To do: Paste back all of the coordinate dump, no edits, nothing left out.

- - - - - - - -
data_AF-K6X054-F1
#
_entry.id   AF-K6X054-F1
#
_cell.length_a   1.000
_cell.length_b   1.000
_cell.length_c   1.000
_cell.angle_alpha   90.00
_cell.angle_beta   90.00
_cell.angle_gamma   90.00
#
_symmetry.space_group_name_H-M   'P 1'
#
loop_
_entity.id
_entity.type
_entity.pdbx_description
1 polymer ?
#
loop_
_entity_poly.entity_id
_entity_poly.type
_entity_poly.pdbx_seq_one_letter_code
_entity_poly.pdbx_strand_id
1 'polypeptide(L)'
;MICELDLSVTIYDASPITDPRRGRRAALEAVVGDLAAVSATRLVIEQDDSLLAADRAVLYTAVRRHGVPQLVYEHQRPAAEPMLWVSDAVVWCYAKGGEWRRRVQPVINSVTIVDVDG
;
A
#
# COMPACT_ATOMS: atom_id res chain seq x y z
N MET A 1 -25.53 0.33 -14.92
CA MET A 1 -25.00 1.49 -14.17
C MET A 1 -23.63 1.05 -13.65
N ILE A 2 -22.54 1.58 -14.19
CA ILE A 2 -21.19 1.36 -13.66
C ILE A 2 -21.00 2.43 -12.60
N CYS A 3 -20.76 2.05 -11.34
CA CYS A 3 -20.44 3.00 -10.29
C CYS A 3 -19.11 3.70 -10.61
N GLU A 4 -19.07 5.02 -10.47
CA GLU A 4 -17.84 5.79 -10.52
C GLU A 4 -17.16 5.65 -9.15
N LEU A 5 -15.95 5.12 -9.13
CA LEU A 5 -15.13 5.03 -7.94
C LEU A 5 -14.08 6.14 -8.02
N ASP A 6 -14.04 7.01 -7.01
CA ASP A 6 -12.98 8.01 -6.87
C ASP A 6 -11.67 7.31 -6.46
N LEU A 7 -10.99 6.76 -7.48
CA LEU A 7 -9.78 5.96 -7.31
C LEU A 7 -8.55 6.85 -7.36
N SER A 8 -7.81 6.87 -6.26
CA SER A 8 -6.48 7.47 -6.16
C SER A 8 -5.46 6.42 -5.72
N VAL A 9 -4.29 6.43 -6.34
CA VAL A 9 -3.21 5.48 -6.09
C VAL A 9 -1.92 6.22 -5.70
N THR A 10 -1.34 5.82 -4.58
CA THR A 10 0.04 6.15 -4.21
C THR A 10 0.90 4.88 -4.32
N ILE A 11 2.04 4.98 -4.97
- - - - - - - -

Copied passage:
data_AF-K6X054-F1
#
_entry.id   AF-K6X054-F1
#
_cell.length_a   1.000
_cell.length_b   1.000
_cell.length_c   1.000
_cell.angle_alpha   90.00
_cell.angle_beta   90.00
_cell.angle_gamma   90.00
#
_symmetry.space_group_name_H-M   'P 1'
#
loop_
_entity.id
_entity.type
_entity.pdbx_description
1 polymer ?
#
loop_
_entity_poly.entity_id
_entity_poly.type
_entity_poly.pdbx_seq_one_letter_code
_entity_poly.pdbx_strand_id
1 'polypeptide(L)'
;MICELDLSVTIYDASPITDPRRGRRAALEAVVGDLAAVSATRLVIEQDDSLLAADRAVLYTAVRRHGVPQLVYEHQRPAAEPMLWVSDAVVWCYAKGGEWRRRVQPVINSVTIVDVDG
;
A
#
# COMPACT_ATOMS: atom_id res chain seq x y z
N MET A 1 -25.53 0.33 -14.92
CA MET A 1 -25.00 1.49 -14.17
C MET A 1 -23.63 1.05 -13.65
N ILE A 2 -22.54 1.58 -14.19
CA ILE A 2 -21.19 1.36 -13.66
C ILE A 2 -21.00 2.43 -12.60
N CYS A 3 -20.76 2.05 -11.34
CA CYS A 3 -20.44 3.00 -10.29
C CYS A 3 -19.11 3.70 -10.61
N GLU A 4 -19.07 5.02 -10.47
CA GLU A 4 -17.84 5.79 -10.52
C GLU A 4 -17.16 5.65 -9.15
N LEU A 5 -15.95 5.12 -9.13
CA LEU A 5 -15.13 5.03 -7.94
C LEU A 5 -14.08 6.14 -8.02
N ASP A 6 -14.04 7.01 -7.01
CA ASP A 6 -12.98 8.01 -6.87
C ASP A 6 -11.67 7.31 -6.46
N LEU A 7 -10.99 6.76 -7.48
CA LEU A 7 -9.78 5.96 -7.31
C LEU A 7 -8.55 6.85 -7.36
N SER A 8 -7.81 6.87 -6.26
CA SER A 8 -6.48 7.47 -6.16
C SER A 8 -5.46 6.42 -5.72
N VAL A 9 -4.29 6.43 -6.34
CA VAL A 9 -3.21 5.48 -6.09
C VAL A 9 -1.92 6.22 -5.70
N THR A 10 -1.34 5.82 -4.58
CA THR A 10 0.04 6.15 -4.21
C THR A 10 0.90 4.88 -4.32
N ILE A 11 2.04 4.98 -4.97